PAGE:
By Mike Dorf
With House minority leader John Boehner having indicated that, if push comes to shove, he would support extending the Bush tax cuts even without including extension for families earning over $250,000, and with Senate minority leader Mitch McConnell standing firm in opposing any extension that does not include the whole package, it's easy to get sucked into calculating political costs and benefits. One imagines that Rahm Emanuel et al are breathing a sigh of relief upon witnessing McConnell salvaging their political strategy for November. Boehner's capitulation had threatened to rob Dems of their best argument against Repubs--that the latter are quite willing to sacrifice the welfare of the middle class and the working poor to protect the wealthy.
Here I want to note three other aspects to this story:
1) The debate is, in a fundamental sense, over something quite arbitrary. The Bush tax cuts made a number of changes, but here I'll focus on just one: lowering the top tax bracket from 39.6% to 35%. Which of these numbers is the "right" percentage? That's a loaded question. Clearly, there is a marginal tax rate that is too high. As the top marginal rate approaches 100%, the incentive to work (or, for those inclined towards cheating, the incentive to report income) approaches zero. Likewise, as the top marginal tax rate declines, the revenue available for generally popular government programs (e.g., military spending, entitlements, aid to states) declines in proportion--at least in the range in which a difference in tax rates does not promote radically different behavior. I think it's safe to assume that the difference between 39.6% to 35% is not so great as to affect incentives to earn an additional marginal dollar. Indeed, it's not even obvious that "raising" the top rate from 35% to 39.6% would have a negative effect on work: Some earners with the ability to do so will work more, in an effort to keep their after-tax income more or less constant; others, with the prospect of keeping less, will work less; and many others still will likely be unaffected. Because neither 39.6% nor 35% is obviously the "correct" rate in any deep sense, the public debate has focused, and likely will continue to focus, on the change from one regime to the other.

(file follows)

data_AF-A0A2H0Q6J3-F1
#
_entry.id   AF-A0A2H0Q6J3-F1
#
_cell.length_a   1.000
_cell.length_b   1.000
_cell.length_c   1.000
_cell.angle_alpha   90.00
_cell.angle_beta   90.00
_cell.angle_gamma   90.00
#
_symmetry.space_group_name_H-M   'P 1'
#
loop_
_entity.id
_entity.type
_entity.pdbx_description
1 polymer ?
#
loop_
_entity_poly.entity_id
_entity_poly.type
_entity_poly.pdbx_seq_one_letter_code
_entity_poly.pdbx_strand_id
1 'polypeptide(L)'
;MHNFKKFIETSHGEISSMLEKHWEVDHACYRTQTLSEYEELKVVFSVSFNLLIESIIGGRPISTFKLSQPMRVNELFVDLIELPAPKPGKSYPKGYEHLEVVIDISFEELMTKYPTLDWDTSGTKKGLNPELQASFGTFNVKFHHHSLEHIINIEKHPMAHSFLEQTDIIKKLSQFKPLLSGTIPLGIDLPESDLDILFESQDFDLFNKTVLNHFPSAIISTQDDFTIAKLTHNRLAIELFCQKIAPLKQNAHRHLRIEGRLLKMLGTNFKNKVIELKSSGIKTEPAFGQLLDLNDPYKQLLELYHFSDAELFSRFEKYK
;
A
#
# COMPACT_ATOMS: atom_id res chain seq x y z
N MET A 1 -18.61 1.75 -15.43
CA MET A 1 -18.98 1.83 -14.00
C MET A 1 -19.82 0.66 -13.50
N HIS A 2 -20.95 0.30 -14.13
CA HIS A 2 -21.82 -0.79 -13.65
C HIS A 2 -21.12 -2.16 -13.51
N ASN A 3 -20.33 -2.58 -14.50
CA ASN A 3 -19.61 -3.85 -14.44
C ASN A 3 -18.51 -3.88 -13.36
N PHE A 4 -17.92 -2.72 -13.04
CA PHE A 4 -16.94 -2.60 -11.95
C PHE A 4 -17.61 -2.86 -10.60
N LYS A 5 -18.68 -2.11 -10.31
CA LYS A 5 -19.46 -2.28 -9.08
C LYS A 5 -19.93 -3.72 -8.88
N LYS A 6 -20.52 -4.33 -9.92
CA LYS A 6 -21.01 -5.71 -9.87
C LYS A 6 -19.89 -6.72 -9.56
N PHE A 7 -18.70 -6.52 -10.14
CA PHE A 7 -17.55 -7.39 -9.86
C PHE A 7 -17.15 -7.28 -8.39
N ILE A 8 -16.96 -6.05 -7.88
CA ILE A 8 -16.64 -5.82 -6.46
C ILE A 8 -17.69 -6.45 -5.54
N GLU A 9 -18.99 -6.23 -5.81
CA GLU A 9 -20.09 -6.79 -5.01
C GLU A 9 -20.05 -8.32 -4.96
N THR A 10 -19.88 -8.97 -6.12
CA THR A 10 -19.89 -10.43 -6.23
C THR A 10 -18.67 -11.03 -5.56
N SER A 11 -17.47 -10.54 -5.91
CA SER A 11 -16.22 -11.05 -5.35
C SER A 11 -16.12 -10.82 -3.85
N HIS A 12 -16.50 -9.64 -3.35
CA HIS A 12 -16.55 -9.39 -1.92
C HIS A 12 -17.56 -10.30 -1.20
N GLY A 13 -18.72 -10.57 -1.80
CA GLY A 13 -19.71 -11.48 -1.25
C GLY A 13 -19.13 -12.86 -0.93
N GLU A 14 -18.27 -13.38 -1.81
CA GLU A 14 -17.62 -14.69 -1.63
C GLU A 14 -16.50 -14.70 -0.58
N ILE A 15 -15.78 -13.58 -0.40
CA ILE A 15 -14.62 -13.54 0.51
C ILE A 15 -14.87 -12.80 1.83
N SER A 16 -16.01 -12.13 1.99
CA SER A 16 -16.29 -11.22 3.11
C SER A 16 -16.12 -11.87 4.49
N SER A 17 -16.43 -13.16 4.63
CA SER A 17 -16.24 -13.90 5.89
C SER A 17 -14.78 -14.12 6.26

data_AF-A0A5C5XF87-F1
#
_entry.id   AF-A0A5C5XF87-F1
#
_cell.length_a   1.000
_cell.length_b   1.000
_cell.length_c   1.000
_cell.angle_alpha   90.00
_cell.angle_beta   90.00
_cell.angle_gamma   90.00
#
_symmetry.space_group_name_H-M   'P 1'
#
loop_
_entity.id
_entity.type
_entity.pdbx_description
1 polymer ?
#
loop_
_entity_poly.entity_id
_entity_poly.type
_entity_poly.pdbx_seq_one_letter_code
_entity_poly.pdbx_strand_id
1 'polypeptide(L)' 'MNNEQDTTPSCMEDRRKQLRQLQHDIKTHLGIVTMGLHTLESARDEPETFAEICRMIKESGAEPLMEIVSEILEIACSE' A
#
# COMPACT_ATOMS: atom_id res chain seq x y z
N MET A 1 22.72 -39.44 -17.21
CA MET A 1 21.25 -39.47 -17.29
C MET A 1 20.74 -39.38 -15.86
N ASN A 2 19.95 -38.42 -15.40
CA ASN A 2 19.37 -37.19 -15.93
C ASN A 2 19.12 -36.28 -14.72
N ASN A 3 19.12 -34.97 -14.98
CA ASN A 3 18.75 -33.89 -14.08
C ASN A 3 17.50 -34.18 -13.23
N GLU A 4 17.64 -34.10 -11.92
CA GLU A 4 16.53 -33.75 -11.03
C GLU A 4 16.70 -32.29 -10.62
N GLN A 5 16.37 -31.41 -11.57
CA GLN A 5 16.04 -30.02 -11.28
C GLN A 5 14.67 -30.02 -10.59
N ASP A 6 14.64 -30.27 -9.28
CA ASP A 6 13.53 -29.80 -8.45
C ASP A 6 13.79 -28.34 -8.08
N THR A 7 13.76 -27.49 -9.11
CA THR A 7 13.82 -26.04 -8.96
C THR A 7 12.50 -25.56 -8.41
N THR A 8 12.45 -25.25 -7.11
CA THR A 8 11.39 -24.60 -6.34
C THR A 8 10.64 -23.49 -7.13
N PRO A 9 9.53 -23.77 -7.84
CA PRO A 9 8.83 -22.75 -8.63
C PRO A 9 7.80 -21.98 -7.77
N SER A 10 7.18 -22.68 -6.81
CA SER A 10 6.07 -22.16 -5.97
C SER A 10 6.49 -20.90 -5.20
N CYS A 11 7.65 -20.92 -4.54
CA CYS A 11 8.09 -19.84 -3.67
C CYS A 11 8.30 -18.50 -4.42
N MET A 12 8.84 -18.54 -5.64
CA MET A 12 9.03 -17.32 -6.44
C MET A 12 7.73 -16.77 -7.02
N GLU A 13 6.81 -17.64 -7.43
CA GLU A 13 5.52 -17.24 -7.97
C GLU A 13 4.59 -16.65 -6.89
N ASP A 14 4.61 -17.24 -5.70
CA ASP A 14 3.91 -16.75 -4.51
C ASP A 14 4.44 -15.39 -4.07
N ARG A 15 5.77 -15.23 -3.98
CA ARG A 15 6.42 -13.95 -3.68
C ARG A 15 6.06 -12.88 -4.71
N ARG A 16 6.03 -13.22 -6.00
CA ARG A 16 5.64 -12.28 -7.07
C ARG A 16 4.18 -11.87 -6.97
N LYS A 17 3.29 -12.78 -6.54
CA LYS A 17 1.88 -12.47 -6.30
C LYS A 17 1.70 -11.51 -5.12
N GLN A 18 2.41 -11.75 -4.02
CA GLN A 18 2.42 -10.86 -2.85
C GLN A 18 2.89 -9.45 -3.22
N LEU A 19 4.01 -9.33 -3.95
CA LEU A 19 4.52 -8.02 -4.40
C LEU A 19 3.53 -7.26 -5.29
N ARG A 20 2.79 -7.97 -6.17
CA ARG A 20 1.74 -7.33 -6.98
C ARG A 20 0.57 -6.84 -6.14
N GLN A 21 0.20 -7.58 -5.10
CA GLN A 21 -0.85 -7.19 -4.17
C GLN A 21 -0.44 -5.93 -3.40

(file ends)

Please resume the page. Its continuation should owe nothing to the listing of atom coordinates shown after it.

2) That brings me to the sunset provision. When the Bush tax cuts were enacted in 2001 (and to some extent in 2003), many people thought that the sunset provision was a gimmick designed to limit the accounting damage from deeming the cuts permanent (at least in the sense that any legislation can be permanent, which is to say that it remains in effect until repealed). But it's turning out that the sunset provision has real bite. Dems are able to frame the debate as about whether to "extend" the Bush tax cuts rather than about whether to "raise" taxes. To be sure, Repubs (and some others) resist that framing, but given the reality that the cuts will expire absent new legislation, the "extension" frame seems to be winning, at least for now.
3) The sunset provision also changes the dynamic on Capitol Hill rather dramatically. It is highly doubtful that the Dems could break a filibuster if affirmative legislation were needed to repeal the Bush tax cuts. But because they expire if not renewed, we have a game of chicken: a) Dems and Repubs alike want to extend the tax cuts for those earning under $250,000; b) Repubs alone want to extend the cuts for everyone. Each side can thus hold the cuts for the lower earners hostage to their agenda, with the result that the least favored outcome occurs: Letting the cuts expire for everyone.
Although occupying an overall weak political position right now, the Dems have the stronger hand here. In the event that no compromise is brokered, they can say that the Repubs stood by and watched the taxes of working Americans increase simply because they wanted to preserve lower taxes for the wealthy. That's a good hand--arguably a better hand than actually getting Repubs to go along, a la Boehner. And for that reason, I don't see Dems as taking the chance of bringing these issues to a full Congressional vote before the election, for fear that they might win the issue (with some Republican capitualtion a la Boehner) and accordingly sacrifice one of their few good campaign issues.